Tuesday, May 7, 2013

Back to God: Poet as Believer

Poet Christian Wiman (he's been editor of Poetry for the last decade) has recently written My Bright Abyss: Meditations of a Modern Believer.  I happened to read Adam Kirsch's review of the book in The New Yorker.

We could, perhaps, add Wiman's thoughts to our list of God definitions.   Wiman's faith is personal and ultimately mystical.  Kirsch quotes from Wiman's poem which gives rise to the title of the book:  "I say God and mean more/ than the bright abyss that opens in that word."  Kirsch goes on to say, "In this image, God is a present absence, who leaves a space lit up by his departure. 'We feel God in the coming and going of God -- or no, the coming a going of consciousness (God is constant),' Wiman writes.  'We are left with these fugitive instants of apprehension.'"

Wiman still has plenty of doubts:  he feels at times that he's "simply wandering through a discount shopping mall of myth, trying to convince myself there's something worth buying."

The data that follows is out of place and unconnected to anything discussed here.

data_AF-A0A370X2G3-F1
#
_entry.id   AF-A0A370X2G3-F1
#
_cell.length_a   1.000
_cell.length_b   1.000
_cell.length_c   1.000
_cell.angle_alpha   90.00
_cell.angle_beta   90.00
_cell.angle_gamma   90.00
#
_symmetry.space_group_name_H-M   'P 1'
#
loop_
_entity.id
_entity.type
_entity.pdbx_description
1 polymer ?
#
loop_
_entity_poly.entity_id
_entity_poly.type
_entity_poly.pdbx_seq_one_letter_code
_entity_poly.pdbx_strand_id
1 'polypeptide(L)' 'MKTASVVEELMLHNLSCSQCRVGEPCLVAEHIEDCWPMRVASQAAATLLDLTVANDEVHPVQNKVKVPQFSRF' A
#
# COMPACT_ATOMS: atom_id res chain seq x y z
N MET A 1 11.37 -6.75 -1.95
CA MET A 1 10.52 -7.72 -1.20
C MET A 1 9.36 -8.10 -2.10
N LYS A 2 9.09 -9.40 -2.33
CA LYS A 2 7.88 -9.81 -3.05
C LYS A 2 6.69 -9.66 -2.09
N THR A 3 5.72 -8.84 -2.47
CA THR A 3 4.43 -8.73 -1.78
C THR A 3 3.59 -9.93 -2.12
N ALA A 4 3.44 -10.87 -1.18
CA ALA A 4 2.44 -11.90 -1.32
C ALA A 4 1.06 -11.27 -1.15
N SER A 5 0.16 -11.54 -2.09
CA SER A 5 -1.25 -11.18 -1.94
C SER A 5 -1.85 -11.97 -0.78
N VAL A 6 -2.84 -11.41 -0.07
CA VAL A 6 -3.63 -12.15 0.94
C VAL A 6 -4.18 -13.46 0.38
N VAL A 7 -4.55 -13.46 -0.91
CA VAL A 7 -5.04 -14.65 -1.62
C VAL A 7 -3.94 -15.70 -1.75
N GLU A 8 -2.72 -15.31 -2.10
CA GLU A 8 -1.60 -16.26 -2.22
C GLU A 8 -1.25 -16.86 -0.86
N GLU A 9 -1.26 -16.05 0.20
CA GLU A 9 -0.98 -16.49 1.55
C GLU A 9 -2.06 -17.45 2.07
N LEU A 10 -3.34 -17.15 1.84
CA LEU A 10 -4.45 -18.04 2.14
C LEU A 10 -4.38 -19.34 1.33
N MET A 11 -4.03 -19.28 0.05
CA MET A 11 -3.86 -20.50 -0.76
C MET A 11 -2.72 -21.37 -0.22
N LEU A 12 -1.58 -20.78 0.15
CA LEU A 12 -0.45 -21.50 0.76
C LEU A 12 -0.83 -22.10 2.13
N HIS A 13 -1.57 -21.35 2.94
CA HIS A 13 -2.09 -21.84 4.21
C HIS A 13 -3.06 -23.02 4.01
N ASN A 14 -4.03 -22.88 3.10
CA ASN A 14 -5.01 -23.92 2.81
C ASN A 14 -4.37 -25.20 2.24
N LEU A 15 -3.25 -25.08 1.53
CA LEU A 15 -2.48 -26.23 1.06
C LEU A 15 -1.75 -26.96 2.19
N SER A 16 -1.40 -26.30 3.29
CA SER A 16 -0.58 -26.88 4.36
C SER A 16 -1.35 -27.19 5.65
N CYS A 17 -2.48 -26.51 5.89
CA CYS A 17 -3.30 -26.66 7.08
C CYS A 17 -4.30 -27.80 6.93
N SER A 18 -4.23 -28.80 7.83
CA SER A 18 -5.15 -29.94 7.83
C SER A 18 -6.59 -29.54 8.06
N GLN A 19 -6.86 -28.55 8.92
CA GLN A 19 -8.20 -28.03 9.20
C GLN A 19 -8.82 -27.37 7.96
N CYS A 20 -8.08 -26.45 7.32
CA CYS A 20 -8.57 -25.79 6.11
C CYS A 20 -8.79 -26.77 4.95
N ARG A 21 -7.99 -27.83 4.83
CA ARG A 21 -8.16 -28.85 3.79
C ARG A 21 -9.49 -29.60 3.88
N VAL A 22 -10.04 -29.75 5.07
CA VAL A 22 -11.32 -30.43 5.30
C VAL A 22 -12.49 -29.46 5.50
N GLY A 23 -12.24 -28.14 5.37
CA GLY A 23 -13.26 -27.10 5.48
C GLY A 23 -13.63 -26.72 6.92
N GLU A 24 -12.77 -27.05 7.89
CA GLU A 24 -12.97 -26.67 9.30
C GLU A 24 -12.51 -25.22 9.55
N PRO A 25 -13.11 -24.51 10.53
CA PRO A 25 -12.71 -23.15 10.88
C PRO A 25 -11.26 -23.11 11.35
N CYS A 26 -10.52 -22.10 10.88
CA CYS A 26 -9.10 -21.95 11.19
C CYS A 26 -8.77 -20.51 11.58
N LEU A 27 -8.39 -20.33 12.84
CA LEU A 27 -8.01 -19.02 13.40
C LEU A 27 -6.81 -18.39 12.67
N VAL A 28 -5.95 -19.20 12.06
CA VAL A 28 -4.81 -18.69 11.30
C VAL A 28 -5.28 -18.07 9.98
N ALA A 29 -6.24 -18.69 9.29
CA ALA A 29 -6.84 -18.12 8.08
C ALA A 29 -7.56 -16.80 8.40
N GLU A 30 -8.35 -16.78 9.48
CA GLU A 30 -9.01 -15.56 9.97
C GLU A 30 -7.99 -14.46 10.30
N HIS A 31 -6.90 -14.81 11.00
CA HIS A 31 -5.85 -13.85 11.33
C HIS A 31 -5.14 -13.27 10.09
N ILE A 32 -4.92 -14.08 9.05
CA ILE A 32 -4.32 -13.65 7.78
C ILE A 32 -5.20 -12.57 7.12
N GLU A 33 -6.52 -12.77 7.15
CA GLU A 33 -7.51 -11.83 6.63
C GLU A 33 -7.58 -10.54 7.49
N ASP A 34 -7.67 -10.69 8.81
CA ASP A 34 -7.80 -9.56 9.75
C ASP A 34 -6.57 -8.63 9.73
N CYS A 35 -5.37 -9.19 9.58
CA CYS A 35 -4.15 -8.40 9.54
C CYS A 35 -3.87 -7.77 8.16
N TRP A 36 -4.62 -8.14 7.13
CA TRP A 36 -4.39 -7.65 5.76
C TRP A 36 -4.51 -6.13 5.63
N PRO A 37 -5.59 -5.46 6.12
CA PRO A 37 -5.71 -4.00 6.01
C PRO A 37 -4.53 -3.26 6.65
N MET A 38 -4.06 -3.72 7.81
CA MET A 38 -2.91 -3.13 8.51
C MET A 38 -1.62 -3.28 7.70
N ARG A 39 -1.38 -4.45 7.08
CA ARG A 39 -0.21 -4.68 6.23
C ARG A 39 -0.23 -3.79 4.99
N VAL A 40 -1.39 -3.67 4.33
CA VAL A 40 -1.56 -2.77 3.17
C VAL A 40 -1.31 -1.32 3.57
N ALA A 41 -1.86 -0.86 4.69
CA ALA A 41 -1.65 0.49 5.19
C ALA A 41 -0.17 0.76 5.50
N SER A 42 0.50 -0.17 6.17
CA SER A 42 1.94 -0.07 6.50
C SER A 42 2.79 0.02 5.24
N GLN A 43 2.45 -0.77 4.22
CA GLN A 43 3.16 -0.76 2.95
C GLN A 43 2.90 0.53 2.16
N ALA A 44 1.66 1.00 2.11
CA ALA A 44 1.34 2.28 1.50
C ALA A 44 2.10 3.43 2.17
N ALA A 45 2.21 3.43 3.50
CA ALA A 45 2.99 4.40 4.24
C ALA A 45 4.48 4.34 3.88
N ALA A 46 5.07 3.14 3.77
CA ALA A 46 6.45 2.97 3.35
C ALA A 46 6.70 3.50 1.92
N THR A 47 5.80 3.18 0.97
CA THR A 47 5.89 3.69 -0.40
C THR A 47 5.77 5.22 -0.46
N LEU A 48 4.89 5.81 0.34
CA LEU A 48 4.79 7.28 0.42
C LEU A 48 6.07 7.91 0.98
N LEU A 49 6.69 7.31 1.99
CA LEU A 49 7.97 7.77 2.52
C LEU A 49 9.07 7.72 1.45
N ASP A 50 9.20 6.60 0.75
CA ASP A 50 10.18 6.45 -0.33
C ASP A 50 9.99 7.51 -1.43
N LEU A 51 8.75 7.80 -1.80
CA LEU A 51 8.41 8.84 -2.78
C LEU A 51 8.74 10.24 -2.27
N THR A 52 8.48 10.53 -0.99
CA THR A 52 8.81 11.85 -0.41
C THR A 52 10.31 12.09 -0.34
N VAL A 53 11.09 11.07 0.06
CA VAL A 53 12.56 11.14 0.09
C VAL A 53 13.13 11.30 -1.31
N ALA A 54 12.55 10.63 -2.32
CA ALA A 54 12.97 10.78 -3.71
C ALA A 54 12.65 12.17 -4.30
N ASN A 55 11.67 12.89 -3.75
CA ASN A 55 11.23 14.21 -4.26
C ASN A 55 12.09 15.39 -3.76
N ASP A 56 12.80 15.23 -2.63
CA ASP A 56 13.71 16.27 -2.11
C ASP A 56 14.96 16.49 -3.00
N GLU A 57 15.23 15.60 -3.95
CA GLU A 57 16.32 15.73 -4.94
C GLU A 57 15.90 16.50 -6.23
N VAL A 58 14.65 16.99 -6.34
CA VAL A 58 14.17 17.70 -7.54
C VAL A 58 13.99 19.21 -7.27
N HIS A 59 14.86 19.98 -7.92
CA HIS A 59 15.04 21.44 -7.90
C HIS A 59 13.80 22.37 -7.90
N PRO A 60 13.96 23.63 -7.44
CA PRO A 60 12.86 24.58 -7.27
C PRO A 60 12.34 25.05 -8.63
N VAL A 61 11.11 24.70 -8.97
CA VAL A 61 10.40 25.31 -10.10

Wiman grew up Baptist in a “flat little sandblasted town” in West Texas. He abandoned his faith for decades, only to find it again after two events occurred:  one was falling deeply in love; and the other was, shortly thereafter, discovering that he had a rare form of cancer.  As he puts it,  "When I fell in love with my wife at the age of 38, it became clear to me that I believed in something. When I got sick, it became clear to me that I needed to decide what that something was."  But just as George Santayana recognized (“The God to whom depth in philosophy bring back men's minds is far from being the same from whom a little philosophy estranges them”), Wiman's new religion little resembles his old:  "If you believe at fifty what you believed at fifteen, you have not lived."

Wiman is after something at once important and elusive:  "I tell myself that I have no problem believing in God, if 'belief' can be defined as some interior assent to a life that is both beyond and within this one, and if 'assent' can be understood as at once active and unconscious, and if 'God' is in some mysterious way both this action and its object, and if after all these qualifications this sentence still maskes any effing sense."

Again, as the poet, Wiman does not commit himself to any creed or doctrine:  "Truth inheres not in doctrine itself, but in the spirit with which it is engaged, for the spirit of God is always seeking and creating new forms."